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Managing Risk and Resilience in Hybrid Work Environments

Published on December 02, 2022

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Hybrid Work Model - The New Norm

The hybrid work model is the new norm for many businesses that are returning to the office following the pandemic. There are several benefits to the implementation of a hybrid workforce, which many employees prefer due to the flexibility it offers in choosing the most productive and efficient work setup. A Gallup research cites that 77% of on-site and remote employees forecasts working in remote or hybrid work environments in 2024 and beyond.

Hybrid models are not without challenges and risks. It is crucial to focus on managing those risks and building workforce resilience to succeed with this work model.

Hybrid worker on her laptop at home

Risks in a Hybrid Work Environment

The first step to building operational resilience is to identify the risks and threats that are present in your business, especially if you have hybrid employees doing remote work. Identifying operational risks in a hybrid environment can help you prepare for them and mitigate them before they negatively impact your organization.

1. Talent Management Challenges

Many hybrid and remote employees claim that they are more productive in the hybrid work setup. It also gives them the flexibility to choose where and when to work, which impacts productivity. But a new challenge arises: managing talent is difficult when you have on-site and remote employees. Developing a solid system to monitor remote workers' performance and measure productivity is difficult. Timely performance evaluation is essential in a successful talent management process.

Many organizations that show resilience achieve that by investing in their leaders and managers. The focus on virtual leadership skills through proper employee training and development is critical in managing the remote and hybrid workforce. It also builds a stronger connection between on-site and remote workers.

A resilient team is a foundation of a resilient organization. Make it a part of your company culture if you want to build a more resilient workforce in the hybrid setting.

2. Threats to Cybersecurity Policies

The hybrid model relies heavily on technology to communicate and collaborate as a team. The hybrid environment presents a new risk that hybrid companies need to address if they want to maintain operational resilience.

Cybersecurity logo

Cybersecurity is one of the biggest threats to hybrid work models. Many employees work at home using their personal devices, in co-working spaces, and in coffee shops. While it is beneficial to maintain flexibility in the work schedule, it also carries a unique set of risks. The employee device and company data are at risk from cybersecurity threats that look to exploit any weakness in the internet security protocols and lack of secure connections.

It's no surprise that ransomware attacks were more prevalent with the proliferation of work-at-home setups due to the lack of security controls for those working from home. It's vital to come up with cybersecurity policies, such as secure connections, data privacy measures, security perimeter, and multifactor authentication, to protect against these threats.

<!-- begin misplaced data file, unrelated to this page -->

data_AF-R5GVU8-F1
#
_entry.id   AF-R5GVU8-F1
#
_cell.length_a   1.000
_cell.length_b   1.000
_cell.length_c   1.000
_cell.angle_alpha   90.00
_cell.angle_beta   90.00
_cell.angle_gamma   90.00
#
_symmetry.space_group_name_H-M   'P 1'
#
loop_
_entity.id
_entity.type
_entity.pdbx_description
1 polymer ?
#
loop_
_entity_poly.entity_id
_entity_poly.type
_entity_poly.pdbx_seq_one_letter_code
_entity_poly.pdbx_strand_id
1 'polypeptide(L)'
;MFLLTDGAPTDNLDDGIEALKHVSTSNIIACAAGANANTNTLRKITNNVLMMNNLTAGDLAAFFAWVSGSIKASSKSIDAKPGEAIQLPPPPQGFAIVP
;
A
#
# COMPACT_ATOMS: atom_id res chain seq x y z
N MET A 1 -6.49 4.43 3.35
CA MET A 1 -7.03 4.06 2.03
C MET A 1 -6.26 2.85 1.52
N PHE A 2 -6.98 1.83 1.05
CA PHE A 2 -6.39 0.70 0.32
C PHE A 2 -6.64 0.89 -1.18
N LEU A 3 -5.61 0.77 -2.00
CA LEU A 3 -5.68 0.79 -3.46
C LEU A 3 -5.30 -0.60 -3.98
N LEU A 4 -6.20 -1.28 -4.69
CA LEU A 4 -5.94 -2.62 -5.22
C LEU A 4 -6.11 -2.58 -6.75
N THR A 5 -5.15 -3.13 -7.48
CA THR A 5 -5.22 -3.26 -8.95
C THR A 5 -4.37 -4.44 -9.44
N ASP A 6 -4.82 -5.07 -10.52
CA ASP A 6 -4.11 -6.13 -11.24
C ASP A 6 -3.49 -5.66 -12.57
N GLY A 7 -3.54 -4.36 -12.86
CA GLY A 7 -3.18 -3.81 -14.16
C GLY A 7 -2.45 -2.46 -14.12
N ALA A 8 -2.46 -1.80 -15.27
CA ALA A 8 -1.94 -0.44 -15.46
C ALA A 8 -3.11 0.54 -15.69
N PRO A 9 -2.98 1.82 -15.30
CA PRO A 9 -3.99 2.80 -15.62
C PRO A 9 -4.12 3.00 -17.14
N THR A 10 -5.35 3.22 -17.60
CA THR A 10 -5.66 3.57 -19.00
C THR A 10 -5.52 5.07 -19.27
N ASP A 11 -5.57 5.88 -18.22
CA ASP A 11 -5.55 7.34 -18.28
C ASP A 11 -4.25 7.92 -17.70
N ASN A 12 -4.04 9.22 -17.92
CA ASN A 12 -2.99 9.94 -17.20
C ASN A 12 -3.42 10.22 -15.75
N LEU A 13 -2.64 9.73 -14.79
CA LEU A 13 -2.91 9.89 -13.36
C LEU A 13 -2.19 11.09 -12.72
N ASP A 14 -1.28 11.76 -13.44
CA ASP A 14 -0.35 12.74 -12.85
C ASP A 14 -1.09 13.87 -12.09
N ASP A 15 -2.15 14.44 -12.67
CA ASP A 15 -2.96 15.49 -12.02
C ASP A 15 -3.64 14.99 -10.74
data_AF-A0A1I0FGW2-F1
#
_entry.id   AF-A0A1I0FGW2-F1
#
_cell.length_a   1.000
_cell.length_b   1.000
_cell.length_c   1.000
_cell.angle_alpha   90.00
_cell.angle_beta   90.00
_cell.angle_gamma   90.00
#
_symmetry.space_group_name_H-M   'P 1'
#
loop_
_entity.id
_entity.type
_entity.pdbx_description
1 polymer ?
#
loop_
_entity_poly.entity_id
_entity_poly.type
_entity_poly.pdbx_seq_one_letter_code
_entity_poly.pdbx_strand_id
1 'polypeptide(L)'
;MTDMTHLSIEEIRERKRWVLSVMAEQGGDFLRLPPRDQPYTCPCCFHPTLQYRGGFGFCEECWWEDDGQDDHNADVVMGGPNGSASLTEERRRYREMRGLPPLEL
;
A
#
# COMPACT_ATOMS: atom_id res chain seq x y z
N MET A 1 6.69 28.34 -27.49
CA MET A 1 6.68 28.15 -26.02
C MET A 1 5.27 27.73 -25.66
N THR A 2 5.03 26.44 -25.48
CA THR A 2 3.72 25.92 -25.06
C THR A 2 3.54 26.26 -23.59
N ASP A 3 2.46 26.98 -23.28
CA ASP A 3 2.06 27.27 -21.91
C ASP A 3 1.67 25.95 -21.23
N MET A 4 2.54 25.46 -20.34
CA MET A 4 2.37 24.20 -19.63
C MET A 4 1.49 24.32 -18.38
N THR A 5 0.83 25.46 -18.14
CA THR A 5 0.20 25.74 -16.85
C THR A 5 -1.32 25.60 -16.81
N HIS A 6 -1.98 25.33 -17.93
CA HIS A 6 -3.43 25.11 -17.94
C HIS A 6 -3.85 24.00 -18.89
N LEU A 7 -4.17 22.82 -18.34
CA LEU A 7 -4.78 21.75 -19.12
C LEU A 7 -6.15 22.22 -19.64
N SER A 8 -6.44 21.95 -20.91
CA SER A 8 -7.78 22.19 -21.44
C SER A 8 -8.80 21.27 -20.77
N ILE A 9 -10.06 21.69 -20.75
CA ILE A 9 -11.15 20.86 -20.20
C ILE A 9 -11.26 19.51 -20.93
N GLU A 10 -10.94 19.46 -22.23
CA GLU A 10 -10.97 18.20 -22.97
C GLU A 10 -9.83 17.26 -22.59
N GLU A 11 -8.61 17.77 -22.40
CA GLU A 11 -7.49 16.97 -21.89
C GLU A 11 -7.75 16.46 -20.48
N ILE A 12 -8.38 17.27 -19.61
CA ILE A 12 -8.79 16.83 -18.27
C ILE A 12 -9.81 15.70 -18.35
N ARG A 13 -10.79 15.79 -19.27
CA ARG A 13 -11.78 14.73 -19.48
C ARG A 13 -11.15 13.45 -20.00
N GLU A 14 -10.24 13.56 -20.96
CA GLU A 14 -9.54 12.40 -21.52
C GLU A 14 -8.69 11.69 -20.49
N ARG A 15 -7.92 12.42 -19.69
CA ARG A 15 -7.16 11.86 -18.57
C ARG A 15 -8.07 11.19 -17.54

If you wish to succeed with the hybrid work models and build organizational resilience, you must provide adequate support to employees to combat cybersecurity risks. The ability to manage the risks is vital for compliance and to protect confidential company data. Scaling your cybersecurity measures is one of those compliance requirements that you need to operate your business.

3. Hurdles to Diversity, Equity, and Inclusion

Many organizations are leaning toward promoting diversity, equity, and inclusion (DEI) in the workplace. However, one of the operational risks that come with a hybrid work setup is the possibility of derailing your DEI initiatives.

Companies must monitor how the hybrid work model impacts these initiatives and the milestones they've achieved so far. Even when not all of your staff report back to the office, you need to reinforce your company culture and devise strategies to build and maintain connections among employees. Therefore, no employee will feel less connected to the company and will continue to engage with their co-workers.

Women doing remote work sitting at a table and giving a high five

Performance evaluation should be based on the merit of the work delivered, and not on the physical presence or lack thereof in the office. It is an important concern for remote workers, which is why you have to manage employees fairly to keep them aligned with your initiatives.

The Value of Operational Resilience

Resilience is an important attribute that organizations must possess if they want to thrive in a post-pandemic era wherein the business environment remains unpredictable. Many experts suggest that hybrid work models will be the new norm in the workplace. Therefore, it is crucial for organizations to promote operational resilience to manage and mitigate risks for this new work setup.

As you adapt to this new way of working, make sure you consider these benefits to building operational and workforce resilience.

Boost Productivity

Leaders and employees are more productive. When challenges arise, they take proactive measures to identify solutions to problems. They also take initiative because they are confident and have things under control. The hybrid model for working and agile workforce are just some of the emerging trends for the office of the future.

Turn Challenges into Lessons

Resilient workers in hybrid models tend to be more resourceful. They do not back down when challenges arise; instead, they look at these challenges as opportunities to devise new solutions and think of new ways to handle workplace issues.

Increase Job Satisfaction